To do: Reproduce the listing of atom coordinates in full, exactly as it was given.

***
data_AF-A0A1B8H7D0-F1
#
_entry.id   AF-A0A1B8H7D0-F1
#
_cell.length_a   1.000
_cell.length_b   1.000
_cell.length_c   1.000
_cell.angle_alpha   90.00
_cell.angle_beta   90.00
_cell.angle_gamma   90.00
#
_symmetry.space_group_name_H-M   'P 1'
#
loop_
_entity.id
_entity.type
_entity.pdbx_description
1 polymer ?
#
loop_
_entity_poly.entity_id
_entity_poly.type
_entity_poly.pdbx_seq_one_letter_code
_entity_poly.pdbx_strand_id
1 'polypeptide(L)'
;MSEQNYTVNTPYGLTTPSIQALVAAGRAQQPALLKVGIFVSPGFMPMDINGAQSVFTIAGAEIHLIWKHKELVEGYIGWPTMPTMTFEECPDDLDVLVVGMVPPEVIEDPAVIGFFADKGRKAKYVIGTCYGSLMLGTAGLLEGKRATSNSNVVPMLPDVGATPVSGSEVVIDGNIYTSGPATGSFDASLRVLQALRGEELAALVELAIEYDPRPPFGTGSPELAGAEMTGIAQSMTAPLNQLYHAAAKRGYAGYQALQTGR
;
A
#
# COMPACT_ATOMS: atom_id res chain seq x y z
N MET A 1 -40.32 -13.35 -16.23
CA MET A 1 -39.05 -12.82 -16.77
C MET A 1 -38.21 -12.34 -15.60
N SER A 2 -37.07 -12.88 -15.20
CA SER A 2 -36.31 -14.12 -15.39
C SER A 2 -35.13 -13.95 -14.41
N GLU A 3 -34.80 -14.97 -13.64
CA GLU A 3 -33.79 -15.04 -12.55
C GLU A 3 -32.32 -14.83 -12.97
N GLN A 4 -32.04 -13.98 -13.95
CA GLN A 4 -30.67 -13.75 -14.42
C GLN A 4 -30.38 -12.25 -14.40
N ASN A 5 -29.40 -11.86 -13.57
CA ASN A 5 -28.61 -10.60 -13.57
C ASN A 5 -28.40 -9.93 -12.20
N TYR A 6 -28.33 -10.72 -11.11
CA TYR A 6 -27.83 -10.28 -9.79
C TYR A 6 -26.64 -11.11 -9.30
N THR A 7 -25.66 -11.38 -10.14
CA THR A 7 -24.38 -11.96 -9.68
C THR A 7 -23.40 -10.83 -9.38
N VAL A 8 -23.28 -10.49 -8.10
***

data_AF-A0A1B8H7D0-F1
#
_entry.id   AF-A0A1B8H7D0-F1
#
_cell.length_a   1.000
_cell.length_b   1.000
_cell.length_c   1.000
_cell.angle_alpha   90.00
_cell.angle_beta   90.00
_cell.angle_gamma   90.00
#
_symmetry.space_group_name_H-M   'P 1'
#
loop_
_entity.id
_entity.type
_entity.pdbx_description
1 polymer ?
#
loop_
_entity_poly.entity_id
_entity_poly.type
_entity_poly.pdbx_seq_one_letter_code
_entity_poly.pdbx_strand_id
1 'polypeptide(L)'
;MSEQNYTVNTPYGLTTPSIQALVAAGRAQQPALLKVGIFVSPGFMPMDINGAQSVFTIAGAEIHLIWKHKELVEGYIGWPTMPTMTFEECPDDLDVLVVGMVPPEVIEDPAVIGFFADKGRKAKYVIGTCYGSLMLGTAGLLEGKRATSNSNVVPMLPDVGATPVSGSEVVIDGNIYTSGPATGSFDASLRVLQALRGEELAALVELAIEYDPRPPFGTGSPELAGAEMTGIAQSMTAPLNQLYHAAAKRGYAGYQALQTGR
;
A
#
# COMPACT_ATOMS: atom_id res chain seq x y z
N MET A 1 -40.32 -13.35 -16.23
CA MET A 1 -39.05 -12.82 -16.77
C MET A 1 -38.21 -12.34 -15.60
N SER A 2 -37.07 -12.88 -15.20
CA SER A 2 -36.31 -14.12 -15.39
C SER A 2 -35.13 -13.95 -14.41
N GLU A 3 -34.80 -14.97 -13.64
CA GLU A 3 -33.79 -15.04 -12.55
C GLU A 3 -32.32 -14.83 -12.97
N GLN A 4 -32.04 -13.98 -13.95
CA GLN A 4 -30.67 -13.75 -14.42
C GLN A 4 -30.38 -12.25 -14.40
N ASN A 5 -29.40 -11.86 -13.57
CA ASN A 5 -28.61 -10.60 -13.57
C ASN A 5 -28.40 -9.93 -12.20
N TYR A 6 -28.33 -10.72 -11.11
CA TYR A 6 -27.83 -10.28 -9.79
C TYR A 6 -26.64 -11.11 -9.30
N THR A 7 -25.66 -11.38 -10.14
CA THR A 7 -24.38 -11.96 -9.68
C THR A 7 -23.40 -10.83 -9.38
N VAL A 8 -23.28 -10.49 -8.10